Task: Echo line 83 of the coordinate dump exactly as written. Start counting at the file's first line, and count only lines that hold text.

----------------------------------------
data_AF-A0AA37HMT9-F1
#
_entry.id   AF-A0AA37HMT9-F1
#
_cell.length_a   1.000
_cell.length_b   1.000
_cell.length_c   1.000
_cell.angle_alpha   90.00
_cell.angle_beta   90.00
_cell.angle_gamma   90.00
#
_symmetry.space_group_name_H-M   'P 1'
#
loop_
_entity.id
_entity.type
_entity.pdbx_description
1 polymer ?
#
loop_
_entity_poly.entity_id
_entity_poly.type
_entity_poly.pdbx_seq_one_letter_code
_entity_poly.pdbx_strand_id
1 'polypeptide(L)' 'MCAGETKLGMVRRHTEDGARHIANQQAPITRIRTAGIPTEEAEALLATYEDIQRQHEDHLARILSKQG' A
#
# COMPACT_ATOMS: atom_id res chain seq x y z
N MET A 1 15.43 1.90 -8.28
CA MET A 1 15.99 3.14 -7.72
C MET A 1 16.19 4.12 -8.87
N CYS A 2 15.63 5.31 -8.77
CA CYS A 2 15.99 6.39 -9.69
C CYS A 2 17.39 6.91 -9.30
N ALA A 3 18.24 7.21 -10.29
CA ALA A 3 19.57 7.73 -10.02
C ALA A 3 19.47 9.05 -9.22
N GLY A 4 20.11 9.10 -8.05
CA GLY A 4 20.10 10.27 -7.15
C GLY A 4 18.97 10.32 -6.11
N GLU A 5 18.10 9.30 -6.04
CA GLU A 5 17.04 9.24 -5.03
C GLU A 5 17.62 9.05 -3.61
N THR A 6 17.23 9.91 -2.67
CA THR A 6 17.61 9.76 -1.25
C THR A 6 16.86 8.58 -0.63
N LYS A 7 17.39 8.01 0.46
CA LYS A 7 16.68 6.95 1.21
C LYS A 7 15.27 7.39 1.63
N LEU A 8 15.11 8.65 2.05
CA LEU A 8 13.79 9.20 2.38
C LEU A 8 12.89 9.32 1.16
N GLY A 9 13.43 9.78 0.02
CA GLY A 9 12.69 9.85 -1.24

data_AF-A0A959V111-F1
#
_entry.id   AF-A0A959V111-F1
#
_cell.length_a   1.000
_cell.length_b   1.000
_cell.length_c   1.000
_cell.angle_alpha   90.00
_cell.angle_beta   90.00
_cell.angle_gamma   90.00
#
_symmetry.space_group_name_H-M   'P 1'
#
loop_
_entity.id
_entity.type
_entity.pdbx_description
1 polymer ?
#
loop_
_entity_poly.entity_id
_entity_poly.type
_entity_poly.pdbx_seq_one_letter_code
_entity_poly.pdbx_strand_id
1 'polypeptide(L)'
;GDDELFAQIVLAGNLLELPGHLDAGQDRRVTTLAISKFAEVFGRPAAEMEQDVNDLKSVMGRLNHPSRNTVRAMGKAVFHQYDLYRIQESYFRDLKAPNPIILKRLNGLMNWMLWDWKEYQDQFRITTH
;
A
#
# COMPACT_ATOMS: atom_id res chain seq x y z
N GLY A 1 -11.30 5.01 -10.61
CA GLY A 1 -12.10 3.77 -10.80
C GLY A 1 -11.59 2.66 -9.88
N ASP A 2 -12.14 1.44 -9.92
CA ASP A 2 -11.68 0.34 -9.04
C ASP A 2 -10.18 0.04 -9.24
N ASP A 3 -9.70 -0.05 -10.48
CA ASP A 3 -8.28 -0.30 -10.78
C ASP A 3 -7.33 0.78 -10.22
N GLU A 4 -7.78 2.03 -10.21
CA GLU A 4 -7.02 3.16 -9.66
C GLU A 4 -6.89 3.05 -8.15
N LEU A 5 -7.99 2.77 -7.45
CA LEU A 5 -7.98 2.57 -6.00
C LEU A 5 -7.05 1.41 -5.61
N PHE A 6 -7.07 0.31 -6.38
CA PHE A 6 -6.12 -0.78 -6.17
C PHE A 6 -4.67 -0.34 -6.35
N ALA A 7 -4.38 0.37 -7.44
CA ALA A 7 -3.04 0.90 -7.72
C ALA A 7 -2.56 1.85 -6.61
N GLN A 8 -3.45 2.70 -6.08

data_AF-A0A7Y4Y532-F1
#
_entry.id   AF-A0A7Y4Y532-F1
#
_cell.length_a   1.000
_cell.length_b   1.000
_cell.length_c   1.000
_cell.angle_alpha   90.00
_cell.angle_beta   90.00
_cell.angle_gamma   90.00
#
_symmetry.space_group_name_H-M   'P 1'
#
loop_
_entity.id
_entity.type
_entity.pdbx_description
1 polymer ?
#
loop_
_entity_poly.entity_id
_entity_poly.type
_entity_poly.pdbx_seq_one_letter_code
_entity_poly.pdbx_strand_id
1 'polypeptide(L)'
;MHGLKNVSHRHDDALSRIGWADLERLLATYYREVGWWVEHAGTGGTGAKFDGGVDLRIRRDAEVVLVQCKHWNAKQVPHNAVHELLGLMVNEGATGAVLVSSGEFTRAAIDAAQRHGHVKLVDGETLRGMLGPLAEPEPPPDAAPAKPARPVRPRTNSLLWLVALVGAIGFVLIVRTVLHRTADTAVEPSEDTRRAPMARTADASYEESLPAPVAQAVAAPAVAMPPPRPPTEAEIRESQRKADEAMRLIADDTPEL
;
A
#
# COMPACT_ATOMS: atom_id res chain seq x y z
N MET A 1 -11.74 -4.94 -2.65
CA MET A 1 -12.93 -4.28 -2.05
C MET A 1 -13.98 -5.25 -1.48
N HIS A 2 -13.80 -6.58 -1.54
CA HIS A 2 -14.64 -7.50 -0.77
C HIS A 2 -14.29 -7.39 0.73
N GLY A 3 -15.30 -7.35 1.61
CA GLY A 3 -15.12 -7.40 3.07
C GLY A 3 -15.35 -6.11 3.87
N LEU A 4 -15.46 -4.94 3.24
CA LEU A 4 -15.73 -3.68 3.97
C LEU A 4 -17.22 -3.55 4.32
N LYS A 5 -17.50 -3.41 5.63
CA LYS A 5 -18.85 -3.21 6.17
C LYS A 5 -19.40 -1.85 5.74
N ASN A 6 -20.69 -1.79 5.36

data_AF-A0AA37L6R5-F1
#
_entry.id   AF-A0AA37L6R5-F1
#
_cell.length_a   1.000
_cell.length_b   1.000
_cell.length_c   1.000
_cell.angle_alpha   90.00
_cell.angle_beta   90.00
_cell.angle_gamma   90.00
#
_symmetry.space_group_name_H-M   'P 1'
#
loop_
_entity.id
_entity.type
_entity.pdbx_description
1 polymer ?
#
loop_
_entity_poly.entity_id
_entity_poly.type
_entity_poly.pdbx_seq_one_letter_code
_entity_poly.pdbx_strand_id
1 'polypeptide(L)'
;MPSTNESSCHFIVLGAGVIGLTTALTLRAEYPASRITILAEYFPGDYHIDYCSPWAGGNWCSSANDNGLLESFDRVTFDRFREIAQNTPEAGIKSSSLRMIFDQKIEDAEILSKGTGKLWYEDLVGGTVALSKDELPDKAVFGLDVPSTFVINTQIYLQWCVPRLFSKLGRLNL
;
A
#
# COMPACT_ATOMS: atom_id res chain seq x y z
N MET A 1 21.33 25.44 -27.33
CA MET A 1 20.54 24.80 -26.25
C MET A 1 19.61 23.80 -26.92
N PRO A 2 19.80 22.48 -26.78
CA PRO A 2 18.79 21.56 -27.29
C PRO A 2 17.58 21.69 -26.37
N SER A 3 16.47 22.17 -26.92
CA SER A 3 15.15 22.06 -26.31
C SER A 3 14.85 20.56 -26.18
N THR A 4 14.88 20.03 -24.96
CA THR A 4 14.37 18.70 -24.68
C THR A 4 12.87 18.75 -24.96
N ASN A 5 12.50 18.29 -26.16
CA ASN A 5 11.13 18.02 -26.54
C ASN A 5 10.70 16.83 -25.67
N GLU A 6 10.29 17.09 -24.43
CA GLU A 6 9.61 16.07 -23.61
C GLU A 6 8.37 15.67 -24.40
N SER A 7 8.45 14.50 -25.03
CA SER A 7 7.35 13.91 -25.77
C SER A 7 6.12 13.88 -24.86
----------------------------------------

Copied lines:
# COMPACT_ATOMS: atom_id res chain seq x y z